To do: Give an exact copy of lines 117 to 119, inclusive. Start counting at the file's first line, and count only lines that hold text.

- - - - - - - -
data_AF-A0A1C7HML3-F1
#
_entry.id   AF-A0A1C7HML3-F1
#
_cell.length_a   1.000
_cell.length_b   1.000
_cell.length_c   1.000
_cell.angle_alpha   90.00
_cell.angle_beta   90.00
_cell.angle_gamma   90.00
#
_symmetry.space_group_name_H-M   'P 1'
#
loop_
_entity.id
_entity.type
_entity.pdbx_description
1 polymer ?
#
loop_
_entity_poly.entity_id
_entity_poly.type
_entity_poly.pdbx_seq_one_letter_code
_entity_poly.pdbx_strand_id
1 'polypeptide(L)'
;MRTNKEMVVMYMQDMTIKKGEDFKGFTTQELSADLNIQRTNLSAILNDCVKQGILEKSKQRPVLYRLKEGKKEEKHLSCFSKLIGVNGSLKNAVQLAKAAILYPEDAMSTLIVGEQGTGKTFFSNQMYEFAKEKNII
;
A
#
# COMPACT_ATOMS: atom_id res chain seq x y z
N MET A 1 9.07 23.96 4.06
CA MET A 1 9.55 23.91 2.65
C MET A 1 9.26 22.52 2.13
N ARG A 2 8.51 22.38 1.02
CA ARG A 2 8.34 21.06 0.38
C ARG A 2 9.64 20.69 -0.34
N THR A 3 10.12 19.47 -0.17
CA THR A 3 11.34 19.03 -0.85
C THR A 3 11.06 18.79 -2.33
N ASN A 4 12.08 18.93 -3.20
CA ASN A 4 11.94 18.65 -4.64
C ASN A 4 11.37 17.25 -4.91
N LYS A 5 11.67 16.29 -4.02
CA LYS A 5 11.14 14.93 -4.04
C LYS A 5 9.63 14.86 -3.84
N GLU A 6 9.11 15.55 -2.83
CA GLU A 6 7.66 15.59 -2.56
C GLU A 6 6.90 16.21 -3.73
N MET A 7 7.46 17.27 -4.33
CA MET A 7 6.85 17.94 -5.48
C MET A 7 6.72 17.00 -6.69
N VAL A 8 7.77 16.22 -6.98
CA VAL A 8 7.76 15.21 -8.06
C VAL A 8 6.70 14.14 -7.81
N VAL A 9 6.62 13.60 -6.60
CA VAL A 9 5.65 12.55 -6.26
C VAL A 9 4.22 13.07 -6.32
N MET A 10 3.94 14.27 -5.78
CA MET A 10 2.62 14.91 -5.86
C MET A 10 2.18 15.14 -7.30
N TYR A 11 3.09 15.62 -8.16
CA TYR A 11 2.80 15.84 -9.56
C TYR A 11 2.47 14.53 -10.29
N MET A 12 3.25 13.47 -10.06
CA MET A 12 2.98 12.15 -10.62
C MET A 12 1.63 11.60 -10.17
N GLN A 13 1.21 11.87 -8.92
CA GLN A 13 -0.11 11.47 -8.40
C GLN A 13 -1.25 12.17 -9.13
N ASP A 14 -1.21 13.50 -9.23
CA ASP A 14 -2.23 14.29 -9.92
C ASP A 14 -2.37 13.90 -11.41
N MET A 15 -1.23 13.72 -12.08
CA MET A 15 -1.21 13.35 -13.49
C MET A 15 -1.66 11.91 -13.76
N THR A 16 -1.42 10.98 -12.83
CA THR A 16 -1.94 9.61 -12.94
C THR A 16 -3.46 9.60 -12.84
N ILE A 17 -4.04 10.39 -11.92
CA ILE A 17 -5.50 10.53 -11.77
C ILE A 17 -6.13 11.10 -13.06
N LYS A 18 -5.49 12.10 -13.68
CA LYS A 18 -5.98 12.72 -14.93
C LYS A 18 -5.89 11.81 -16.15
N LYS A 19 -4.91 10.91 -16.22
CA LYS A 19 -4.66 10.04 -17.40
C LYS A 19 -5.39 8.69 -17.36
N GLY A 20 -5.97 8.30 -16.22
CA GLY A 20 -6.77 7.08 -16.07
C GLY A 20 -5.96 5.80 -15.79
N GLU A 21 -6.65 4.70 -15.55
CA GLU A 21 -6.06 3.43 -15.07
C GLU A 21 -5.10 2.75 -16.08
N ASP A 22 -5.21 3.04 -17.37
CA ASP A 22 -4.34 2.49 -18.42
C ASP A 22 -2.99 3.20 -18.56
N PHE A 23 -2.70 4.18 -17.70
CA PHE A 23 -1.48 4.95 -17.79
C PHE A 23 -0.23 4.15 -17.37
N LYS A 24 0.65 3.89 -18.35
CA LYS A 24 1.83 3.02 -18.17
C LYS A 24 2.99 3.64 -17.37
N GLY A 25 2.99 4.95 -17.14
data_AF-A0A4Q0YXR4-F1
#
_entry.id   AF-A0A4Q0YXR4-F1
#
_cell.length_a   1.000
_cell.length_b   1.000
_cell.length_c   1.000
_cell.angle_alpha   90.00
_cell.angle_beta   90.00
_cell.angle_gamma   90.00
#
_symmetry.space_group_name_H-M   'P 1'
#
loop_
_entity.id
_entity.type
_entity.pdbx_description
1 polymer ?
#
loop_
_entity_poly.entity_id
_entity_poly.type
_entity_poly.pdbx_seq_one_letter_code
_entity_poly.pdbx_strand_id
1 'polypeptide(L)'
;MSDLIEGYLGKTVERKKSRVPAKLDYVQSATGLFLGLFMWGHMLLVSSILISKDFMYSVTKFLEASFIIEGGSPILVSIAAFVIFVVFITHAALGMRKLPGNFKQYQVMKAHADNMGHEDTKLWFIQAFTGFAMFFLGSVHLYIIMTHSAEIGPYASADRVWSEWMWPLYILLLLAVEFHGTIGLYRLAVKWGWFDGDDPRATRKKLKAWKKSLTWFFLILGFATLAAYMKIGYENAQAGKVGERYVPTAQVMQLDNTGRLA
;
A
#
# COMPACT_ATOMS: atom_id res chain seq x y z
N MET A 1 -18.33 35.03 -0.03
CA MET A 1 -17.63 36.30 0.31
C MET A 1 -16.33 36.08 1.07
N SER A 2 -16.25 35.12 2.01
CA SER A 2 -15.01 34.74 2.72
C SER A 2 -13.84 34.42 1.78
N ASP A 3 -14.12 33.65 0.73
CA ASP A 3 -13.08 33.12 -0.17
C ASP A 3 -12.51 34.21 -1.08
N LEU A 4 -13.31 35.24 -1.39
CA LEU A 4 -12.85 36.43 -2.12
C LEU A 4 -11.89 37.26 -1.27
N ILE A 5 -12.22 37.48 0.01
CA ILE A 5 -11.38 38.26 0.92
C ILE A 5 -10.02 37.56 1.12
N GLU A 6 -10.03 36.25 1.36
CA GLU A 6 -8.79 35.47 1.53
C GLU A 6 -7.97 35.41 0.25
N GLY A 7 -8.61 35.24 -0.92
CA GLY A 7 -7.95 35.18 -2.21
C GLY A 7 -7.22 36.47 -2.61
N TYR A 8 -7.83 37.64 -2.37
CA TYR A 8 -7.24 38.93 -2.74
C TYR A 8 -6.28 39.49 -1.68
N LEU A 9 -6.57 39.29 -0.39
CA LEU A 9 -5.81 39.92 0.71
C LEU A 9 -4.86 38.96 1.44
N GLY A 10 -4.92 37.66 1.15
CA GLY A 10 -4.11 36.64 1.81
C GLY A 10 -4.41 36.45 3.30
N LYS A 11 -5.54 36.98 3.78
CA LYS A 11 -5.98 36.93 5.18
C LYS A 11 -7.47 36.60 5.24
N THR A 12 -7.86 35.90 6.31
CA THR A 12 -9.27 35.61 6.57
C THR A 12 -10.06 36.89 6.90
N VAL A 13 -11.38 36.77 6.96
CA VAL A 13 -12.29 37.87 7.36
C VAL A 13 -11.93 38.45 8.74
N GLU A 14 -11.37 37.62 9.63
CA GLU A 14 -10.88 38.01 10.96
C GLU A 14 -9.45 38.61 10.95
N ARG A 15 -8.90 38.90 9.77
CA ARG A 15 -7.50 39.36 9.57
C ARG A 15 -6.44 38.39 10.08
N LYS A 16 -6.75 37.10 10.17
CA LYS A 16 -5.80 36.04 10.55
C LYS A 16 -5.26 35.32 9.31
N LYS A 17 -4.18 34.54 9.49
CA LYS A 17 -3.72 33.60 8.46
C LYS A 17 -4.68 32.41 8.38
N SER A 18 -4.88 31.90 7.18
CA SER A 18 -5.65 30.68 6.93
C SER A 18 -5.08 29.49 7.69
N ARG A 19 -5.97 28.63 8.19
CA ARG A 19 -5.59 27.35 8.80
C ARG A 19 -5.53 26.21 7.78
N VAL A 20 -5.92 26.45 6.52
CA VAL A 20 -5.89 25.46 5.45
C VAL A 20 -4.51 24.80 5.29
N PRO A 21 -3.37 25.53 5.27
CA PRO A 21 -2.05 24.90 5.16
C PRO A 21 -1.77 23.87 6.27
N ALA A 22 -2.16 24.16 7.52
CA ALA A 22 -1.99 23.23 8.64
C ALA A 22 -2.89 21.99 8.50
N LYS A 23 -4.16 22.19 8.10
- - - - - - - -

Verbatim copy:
loop_
_entity.id
_entity.type